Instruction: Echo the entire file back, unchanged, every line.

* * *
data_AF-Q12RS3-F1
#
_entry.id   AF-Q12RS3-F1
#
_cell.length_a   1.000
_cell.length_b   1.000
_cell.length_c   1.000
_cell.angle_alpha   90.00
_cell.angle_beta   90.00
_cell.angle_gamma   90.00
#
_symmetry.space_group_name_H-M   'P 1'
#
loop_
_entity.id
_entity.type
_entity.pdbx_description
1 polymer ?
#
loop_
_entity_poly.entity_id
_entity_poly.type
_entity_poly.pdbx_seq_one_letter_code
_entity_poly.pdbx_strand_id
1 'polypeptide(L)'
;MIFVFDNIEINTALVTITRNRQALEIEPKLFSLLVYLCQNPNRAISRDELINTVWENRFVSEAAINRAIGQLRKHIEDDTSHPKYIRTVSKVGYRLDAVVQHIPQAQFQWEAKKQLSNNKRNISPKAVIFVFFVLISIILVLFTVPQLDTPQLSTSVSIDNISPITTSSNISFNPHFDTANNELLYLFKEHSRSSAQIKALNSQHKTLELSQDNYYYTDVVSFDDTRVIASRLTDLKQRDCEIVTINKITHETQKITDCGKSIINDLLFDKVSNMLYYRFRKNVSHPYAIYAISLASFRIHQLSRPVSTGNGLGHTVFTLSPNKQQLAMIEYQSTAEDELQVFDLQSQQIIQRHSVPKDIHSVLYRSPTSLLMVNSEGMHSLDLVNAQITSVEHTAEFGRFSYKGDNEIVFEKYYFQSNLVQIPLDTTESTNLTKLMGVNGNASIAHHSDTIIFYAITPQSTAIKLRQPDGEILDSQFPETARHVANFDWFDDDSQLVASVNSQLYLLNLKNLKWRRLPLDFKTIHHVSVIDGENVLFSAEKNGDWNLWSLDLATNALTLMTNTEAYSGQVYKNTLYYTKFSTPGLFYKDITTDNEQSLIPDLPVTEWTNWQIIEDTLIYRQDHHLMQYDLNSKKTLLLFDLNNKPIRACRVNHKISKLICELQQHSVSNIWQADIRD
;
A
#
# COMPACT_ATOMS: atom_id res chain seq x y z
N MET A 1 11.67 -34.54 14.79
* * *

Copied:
data_AF-Q12RS3-F1
#
_entry.id   AF-Q12RS3-F1
#
_cell.length_a   1.000
_cell.length_b   1.000
_cell.length_c   1.000
_cell.angle_alpha   90.00
_cell.angle_beta   90.00
_cell.angle_gamma   90.00
#
_symmetry.space_group_name_H-M   'P 1'
#
loop_
_entity.id
_entity.type
_entity.pdbx_description
1 polymer ?
#
loop_
_entity_poly.entity_id
_entity_poly.type
_entity_poly.pdbx_seq_one_letter_code
_entity_poly.pdbx_strand_id
1 'polypeptide(L)'
;MIFVFDNIEINTALVTITRNRQALEIEPKLFSLLVYLCQNPNRAISRDELINTVWENRFVSEAAINRAIGQLRKHIEDDTSHPKYIRTVSKVGYRLDAVVQHIPQAQFQWEAKKQLSNNKRNISPKAVIFVFFVLISIILVLFTVPQLDTPQLSTSVSIDNISPITTSSNISFNPHFDTANNELLYLFKEHSRSSAQIKALNSQHKTLELSQDNYYYTDVVSFDDTRVIASRLTDLKQRDCEIVTINKITHETQKITDCGKSIINDLLFDKVSNMLYYRFRKNVSHPYAIYAISLASFRIHQLSRPVSTGNGLGHTVFTLSPNKQQLAMIEYQSTAEDELQVFDLQSQQIIQRHSVPKDIHSVLYRSPTSLLMVNSEGMHSLDLVNAQITSVEHTAEFGRFSYKGDNEIVFEKYYFQSNLVQIPLDTTESTNLTKLMGVNGNASIAHHSDTIIFYAITPQSTAIKLRQPDGEILDSQFPETARHVANFDWFDDDSQLVASVNSQLYLLNLKNLKWRRLPLDFKTIHHVSVIDGENVLFSAEKNGDWNLWSLDLATNALTLMTNTEAYSGQVYKNTLYYTKFSTPGLFYKDITTDNEQSLIPDLPVTEWTNWQIIEDTLIYRQDHHLMQYDLNSKKTLLLFDLNNKPIRACRVNHKISKLICELQQHSVSNIWQADIRD
;
A
#
# COMPACT_ATOMS: atom_id res chain seq x y z
N MET A 1 11.67 -34.54 14.79